Set S.M.A.R.T. Goals To Succeed at New Years Resolutions

Dave Herber
Written By: Dave Herber
December 24th, 2008
Updated: June 13th, 2020
12.5K Reads
Dave Herber shows you how to set S.M.A.R.T goals this New Years! Learn how changing the way you set goals can help you achieve your New Years Resolutions!

With New Year's Eve right around the corner all of us resolve to make the next year the year we finally lose the extra weight and recommit to health and fitness. But 90% of us will fail because our goals are not S.M.A.R.T. goals. The acronym S.M.A.R.T. stands for Specific, Measurable, Achievable, Realistic, and Time-related and is your ticket to succeeding with your health and fitness resolutions.

S Specific - "I want bigger biceps", "I want to lose weight", "I want smaller thighs" are not goals, those are wishes. They are not specific enough. On the other hand "I want to add an inch to my biceps by March 1st" or "I want to lose a pants size by March 1st" are goals that are SPECIFIC.
M Measurable - This one's a no-brainer. A lot of people hire me or read my e-newsletter to "get fit" or "improve my health". Great... but you can't measure "fitness" or "health" directly. How will you know that your efforts are succeeding as well as they could be? Specific goals are measurable by definition. You know your strength or fitness is improving if you increase the poundage you can lift, or decrease the time it takes for you to run two miles. You'll know your health is improving if your cholesterol levels and blood pressure improve, and your insulin sensitivity increases. Progress needs to be measurable. And your measurements will provide you with the kind of feedback you need to make adjustments as you proceed with your program. Typical bodybuilding measurable goals are: circumference of Abs, Arms and Chest.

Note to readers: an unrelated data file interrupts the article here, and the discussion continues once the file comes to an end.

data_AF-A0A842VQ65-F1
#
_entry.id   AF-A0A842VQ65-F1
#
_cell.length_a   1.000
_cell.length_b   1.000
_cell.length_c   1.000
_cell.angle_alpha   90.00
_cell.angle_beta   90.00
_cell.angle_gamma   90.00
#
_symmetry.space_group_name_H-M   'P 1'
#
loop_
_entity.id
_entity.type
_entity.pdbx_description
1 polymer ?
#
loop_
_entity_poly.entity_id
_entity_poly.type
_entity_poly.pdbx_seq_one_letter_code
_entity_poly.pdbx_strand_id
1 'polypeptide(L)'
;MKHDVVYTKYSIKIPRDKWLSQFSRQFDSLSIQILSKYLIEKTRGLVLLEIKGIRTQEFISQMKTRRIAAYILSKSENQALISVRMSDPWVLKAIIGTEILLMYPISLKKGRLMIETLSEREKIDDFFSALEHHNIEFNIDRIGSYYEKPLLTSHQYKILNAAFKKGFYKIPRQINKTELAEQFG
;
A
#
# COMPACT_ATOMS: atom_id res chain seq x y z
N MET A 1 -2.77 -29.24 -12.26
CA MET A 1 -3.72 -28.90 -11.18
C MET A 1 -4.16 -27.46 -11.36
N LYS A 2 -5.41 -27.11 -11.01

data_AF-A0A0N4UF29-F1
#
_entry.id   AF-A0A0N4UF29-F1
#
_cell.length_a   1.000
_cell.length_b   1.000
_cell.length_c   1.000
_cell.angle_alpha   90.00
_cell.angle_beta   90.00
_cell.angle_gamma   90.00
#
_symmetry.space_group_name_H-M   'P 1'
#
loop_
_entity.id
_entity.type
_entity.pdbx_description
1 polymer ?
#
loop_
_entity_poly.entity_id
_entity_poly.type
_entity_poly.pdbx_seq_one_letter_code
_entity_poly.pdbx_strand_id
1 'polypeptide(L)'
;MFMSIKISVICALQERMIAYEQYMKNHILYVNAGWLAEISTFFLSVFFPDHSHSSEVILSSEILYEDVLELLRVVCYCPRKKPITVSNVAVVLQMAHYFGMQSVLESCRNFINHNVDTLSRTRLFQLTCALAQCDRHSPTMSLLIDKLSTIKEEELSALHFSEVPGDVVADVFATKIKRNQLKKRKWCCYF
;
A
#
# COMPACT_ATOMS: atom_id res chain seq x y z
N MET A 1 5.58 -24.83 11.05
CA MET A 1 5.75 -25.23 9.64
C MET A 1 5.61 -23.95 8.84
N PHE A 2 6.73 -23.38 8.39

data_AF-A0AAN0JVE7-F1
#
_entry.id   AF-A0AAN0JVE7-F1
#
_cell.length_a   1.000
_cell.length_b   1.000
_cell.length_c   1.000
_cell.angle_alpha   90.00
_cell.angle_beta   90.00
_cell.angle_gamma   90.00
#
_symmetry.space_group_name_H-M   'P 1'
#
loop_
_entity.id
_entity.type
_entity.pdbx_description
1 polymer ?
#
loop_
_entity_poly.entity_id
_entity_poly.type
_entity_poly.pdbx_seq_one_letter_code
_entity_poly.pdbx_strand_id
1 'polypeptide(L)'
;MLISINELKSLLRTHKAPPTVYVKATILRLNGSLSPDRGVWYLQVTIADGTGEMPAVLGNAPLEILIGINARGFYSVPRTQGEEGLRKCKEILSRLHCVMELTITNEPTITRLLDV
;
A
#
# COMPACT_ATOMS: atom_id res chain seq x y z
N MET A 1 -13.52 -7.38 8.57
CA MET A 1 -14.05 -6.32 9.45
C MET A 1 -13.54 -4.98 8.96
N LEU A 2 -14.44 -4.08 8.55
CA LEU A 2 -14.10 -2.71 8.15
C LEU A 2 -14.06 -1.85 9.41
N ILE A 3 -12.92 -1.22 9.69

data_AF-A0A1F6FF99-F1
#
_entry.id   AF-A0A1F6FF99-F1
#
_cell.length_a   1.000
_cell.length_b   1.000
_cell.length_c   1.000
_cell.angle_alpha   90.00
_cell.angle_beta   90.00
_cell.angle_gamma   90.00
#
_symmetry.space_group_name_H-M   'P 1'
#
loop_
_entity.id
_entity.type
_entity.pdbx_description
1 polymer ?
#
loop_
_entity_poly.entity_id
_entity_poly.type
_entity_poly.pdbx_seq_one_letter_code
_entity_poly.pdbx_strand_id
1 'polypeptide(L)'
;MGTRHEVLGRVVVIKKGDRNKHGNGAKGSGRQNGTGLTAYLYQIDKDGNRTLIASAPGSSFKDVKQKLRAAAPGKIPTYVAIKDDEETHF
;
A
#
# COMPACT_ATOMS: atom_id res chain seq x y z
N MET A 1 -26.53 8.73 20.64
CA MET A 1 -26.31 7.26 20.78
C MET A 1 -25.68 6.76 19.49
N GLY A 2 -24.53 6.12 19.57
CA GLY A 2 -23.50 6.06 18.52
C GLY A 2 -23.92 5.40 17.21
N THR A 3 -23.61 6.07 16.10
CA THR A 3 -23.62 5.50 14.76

A Achievable - Needless to state, your plans need to be based on knowledge, skills, tools and other resources that are available to you. There can't be any pieces missing or out of reach. If there are then you need to be able to compensate or find a way to work around them.
R Realistic - Your goals need to be rooted in reality. If you're six feet six inches tall and weight 180lbs, it's okay to dream about being the next Mr. Olympia, but that's a goal that is completely at odds with where you are now.
T Time-Related - Having a time frame attached to your goals is important. If you want to lose 15lbs of fat, it matters in terms of evaluating your progress, whether you want to lose it in the next 3 months, or "Whenever". In the first case, if you find you haven't lost at least a couple of pounds after the first 2 weeks, then you know it's time to decrease your calories and perhaps make some other adjustments. If your goals are open-ended, however you may end up waiting considerably longer before you make the needed changes to get on track.

Dave Herber is president of Exercise2u, an in-home personal training and fitness education service. He has been a certified personal trainer since 1996 and a certified lifestyle and weight management consultant since 2001 with ACE. You can reach Dave at 724-657-4490 or catch him on the Muscle and Strength Forum. Also, check out Dave's Writer Profile.